Geopolitical implications: Dagher compares some of the Assad regime’s manipulation of facts and aggressive media campaigns to dynamics that would soon overtake America and Europe in their own internal politics. Writing about a particular conspiracy theory that one Assad ally propagated first in Syrian media outlets, then in Western ones, Dagher points out that “the lie had all the elements of the massive Russian disinformation campaign that would target the U.S. presidential election three years later.” This aggressive propaganda effort helped the regime to stay in power for years after President Barack Obama called on Assad to step down. It confused and paralyzed debates in open societies about Syria. These efforts also enabled the Assad regime and its backer, Russia, to move the goalposts on global norms, obliterating concepts such as the responsibility to protect and the inviolability of borders and openly using access to food as a weapon of war.
Russia’s backing of the Assad regime was one way it chipped away at the international system and challenged America’s position in the world. As Dagher writes after the 2013 chemical-weapons incident, when the Obama administration did not live up to its own red lines: “Putin wanted to erase memories of the humiliation and weakness after the collapse of the Soviet Union. As far as he was concerned, Obama had flinched over enforcing his redline in Syria and now was his chance to showcase the strong, new Russia.” Just months later, Russia invaded Ukraine’s Crimean Peninsula and other seized territory it still holds.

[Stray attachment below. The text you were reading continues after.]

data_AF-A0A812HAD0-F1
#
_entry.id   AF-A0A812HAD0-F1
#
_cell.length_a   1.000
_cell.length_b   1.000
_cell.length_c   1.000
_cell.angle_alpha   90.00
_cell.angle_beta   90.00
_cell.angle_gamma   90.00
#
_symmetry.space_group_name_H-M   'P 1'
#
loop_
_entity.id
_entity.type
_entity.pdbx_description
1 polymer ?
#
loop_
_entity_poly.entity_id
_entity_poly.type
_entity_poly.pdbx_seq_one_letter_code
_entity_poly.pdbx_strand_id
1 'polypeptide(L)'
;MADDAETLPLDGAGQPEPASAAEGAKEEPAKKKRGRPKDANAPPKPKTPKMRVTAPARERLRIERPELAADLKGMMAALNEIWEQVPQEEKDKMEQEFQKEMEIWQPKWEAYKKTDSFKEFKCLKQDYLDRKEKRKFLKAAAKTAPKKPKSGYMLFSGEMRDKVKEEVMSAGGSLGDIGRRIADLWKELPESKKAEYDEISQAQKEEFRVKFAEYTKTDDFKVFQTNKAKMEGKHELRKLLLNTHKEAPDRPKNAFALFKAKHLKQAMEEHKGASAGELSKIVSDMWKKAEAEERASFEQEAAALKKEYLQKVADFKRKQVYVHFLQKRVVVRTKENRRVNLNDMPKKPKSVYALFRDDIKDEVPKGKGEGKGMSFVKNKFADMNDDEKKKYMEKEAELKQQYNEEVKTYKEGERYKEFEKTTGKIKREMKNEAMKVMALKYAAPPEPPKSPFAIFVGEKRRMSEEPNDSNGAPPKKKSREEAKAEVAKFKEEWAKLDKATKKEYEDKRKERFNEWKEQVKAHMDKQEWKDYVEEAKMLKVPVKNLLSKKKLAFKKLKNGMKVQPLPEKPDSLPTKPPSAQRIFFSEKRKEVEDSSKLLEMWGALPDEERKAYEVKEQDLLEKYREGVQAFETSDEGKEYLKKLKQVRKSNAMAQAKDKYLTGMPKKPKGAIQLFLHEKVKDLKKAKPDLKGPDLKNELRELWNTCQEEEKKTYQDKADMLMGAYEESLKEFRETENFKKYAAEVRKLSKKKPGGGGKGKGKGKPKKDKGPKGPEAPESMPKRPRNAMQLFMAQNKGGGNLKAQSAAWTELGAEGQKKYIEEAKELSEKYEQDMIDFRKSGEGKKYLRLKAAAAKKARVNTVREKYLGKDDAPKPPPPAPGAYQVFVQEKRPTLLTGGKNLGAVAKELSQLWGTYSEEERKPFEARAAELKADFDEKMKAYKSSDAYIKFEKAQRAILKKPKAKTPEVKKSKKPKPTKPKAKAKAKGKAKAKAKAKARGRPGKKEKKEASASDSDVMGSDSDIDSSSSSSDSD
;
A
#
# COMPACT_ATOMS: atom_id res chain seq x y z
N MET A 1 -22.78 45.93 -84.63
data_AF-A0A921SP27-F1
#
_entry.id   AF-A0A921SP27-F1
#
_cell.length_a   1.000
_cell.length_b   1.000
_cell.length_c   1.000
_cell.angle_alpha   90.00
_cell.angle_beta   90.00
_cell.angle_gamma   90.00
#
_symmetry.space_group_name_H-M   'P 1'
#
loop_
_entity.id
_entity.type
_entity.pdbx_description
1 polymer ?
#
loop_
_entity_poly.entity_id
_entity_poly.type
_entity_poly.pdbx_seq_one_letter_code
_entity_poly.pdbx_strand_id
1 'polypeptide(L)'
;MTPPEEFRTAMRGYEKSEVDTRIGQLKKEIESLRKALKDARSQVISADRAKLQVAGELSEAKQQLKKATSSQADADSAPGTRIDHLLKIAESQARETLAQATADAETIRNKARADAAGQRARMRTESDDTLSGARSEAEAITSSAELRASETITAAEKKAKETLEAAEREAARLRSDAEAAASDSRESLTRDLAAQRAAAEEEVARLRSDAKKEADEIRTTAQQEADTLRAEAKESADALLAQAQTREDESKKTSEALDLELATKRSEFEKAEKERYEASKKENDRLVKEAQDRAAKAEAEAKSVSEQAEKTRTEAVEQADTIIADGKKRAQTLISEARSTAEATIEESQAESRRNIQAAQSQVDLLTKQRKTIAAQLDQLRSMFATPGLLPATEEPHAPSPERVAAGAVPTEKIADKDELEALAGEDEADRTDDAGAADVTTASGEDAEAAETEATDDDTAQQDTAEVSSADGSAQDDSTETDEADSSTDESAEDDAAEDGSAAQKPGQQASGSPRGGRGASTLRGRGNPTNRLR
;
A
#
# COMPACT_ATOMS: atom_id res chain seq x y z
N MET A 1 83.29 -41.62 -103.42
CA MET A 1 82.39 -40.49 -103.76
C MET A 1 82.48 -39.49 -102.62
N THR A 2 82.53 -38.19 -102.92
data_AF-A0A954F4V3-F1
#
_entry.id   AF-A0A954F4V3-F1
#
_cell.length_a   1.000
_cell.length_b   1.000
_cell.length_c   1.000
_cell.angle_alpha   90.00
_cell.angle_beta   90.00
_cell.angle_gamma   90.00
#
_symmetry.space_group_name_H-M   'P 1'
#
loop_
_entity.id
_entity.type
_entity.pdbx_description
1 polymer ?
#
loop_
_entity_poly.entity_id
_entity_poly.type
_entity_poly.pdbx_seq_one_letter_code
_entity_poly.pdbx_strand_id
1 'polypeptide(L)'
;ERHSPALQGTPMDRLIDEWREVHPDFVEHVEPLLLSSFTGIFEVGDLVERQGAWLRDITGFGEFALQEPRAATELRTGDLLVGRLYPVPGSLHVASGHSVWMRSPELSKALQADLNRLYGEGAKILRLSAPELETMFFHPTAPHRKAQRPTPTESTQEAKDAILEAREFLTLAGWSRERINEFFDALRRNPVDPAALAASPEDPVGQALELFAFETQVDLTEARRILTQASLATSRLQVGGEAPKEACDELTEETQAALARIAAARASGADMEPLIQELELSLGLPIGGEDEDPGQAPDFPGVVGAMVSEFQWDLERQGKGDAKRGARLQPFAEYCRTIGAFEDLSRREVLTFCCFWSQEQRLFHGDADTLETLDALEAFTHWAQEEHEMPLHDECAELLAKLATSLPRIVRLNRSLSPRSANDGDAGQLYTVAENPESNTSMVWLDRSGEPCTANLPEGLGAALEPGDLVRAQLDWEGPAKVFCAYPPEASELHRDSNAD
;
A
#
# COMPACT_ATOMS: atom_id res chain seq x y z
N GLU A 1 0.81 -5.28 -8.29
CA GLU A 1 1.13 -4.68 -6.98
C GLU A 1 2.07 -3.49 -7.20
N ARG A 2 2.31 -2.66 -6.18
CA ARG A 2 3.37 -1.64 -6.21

Syria’s impact on U.S. policy: A fourth aspect that Assad or We Burn the Country covers is the role Syria’s civil war had in rendering U.S. foreign policy impotent for many years and the broader message this sent geopolitically. Dagher pinpoints the false choice that came to dominate the Obama administration’s private deliberations and public narratives about Syria: that America had to either stay on the sidelines or risk repeating the mistakes of the 2003 Iraq War. Barack Obama came to office arguing that the war was a disastrous unforced error and that he was going to “end” it and turn America’s attention to Asia and other parts of the world. Obama withdrew all U.S. troops from Iraq at the end of 2011, just as Syria’s civil war was becoming increasingly vicious and popular uprisings toppled leaders in Egypt and Tunisia and led to conflict in Libya and Yemen.
Eventually, the rise of the Islamic State in Syria and Iraq drew the United States back more deeply into the Middle East in Obama’s second term. But Obama’s Syria approach suffered from major gaps between its rhetoric about ending the war through diplomatic and political means and America’s capacity to back up its diplomatic and political efforts with a clear strategy for using all elements of U.S. power. Dagher notes, “To average Syrians, the Western approach to defeating Bashar seemed cynical if not complicit with the regime that was murdering them day after day.”